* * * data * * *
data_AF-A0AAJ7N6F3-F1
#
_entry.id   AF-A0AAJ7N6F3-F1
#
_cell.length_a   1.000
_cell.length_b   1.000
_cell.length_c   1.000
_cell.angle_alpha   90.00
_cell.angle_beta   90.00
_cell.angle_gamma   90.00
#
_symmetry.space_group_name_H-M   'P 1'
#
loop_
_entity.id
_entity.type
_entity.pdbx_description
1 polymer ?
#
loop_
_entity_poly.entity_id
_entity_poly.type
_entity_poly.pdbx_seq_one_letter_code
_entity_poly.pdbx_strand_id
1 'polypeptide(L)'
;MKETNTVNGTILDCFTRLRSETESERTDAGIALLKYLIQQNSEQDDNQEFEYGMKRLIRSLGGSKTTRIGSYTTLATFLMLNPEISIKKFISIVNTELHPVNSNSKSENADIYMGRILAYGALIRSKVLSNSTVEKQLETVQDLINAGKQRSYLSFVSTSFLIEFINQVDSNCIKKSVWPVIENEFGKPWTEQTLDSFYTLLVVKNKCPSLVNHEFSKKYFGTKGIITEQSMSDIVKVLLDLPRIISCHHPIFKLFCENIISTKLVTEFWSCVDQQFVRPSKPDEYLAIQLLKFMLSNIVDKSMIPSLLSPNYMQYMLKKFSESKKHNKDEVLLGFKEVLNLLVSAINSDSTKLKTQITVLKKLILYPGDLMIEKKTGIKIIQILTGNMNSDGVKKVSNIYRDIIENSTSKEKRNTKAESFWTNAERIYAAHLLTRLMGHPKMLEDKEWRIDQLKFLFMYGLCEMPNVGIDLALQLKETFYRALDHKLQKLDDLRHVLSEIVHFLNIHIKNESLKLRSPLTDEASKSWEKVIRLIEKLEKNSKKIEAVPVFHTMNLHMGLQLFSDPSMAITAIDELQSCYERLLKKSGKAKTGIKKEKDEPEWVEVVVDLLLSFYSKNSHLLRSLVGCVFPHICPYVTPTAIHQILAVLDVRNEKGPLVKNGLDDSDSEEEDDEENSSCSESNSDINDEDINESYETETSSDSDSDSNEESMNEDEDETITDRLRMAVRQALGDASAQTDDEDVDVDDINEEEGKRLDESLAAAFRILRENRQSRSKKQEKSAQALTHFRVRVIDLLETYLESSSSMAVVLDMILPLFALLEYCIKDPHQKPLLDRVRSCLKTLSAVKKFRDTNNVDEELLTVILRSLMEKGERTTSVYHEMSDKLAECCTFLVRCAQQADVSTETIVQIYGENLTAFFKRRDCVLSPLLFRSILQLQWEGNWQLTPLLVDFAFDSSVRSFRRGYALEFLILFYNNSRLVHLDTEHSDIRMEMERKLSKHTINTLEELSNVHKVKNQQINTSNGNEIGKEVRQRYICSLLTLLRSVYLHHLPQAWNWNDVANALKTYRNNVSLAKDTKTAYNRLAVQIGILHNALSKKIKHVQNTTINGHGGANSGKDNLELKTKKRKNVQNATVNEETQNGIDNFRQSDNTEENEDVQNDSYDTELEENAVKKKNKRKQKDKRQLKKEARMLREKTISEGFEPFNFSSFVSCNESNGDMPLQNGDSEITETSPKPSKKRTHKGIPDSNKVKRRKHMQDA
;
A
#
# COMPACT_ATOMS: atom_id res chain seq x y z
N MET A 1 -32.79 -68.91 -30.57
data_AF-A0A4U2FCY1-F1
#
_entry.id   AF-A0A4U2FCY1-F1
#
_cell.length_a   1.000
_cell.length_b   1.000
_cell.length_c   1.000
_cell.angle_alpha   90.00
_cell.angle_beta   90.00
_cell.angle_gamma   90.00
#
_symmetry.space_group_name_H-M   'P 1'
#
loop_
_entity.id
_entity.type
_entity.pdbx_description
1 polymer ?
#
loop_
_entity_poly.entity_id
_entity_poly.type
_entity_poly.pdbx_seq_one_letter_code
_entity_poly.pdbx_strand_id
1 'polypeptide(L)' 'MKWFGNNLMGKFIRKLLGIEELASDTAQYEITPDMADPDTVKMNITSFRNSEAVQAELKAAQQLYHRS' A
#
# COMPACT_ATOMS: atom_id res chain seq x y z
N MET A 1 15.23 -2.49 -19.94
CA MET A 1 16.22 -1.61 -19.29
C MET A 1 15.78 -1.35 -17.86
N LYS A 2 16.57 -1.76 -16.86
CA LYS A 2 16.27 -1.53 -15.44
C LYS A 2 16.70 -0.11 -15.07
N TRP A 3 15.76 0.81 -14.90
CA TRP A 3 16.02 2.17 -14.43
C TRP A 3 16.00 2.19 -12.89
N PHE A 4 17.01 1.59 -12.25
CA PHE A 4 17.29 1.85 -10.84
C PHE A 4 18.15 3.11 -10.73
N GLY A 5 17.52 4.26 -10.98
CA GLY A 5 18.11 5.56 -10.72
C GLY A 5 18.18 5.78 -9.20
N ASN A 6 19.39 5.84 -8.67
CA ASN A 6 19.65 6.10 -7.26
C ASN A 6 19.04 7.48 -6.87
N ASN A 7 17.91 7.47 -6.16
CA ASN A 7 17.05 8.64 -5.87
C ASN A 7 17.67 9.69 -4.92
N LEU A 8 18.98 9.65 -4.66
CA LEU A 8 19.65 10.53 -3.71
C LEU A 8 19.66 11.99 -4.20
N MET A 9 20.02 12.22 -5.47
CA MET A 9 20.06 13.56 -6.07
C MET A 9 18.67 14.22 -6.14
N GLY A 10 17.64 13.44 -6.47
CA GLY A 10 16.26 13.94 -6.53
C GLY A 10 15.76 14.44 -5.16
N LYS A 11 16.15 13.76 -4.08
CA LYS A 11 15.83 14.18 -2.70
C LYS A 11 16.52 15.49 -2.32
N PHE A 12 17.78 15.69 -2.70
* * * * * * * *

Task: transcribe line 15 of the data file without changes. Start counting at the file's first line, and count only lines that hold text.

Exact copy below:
_entity.id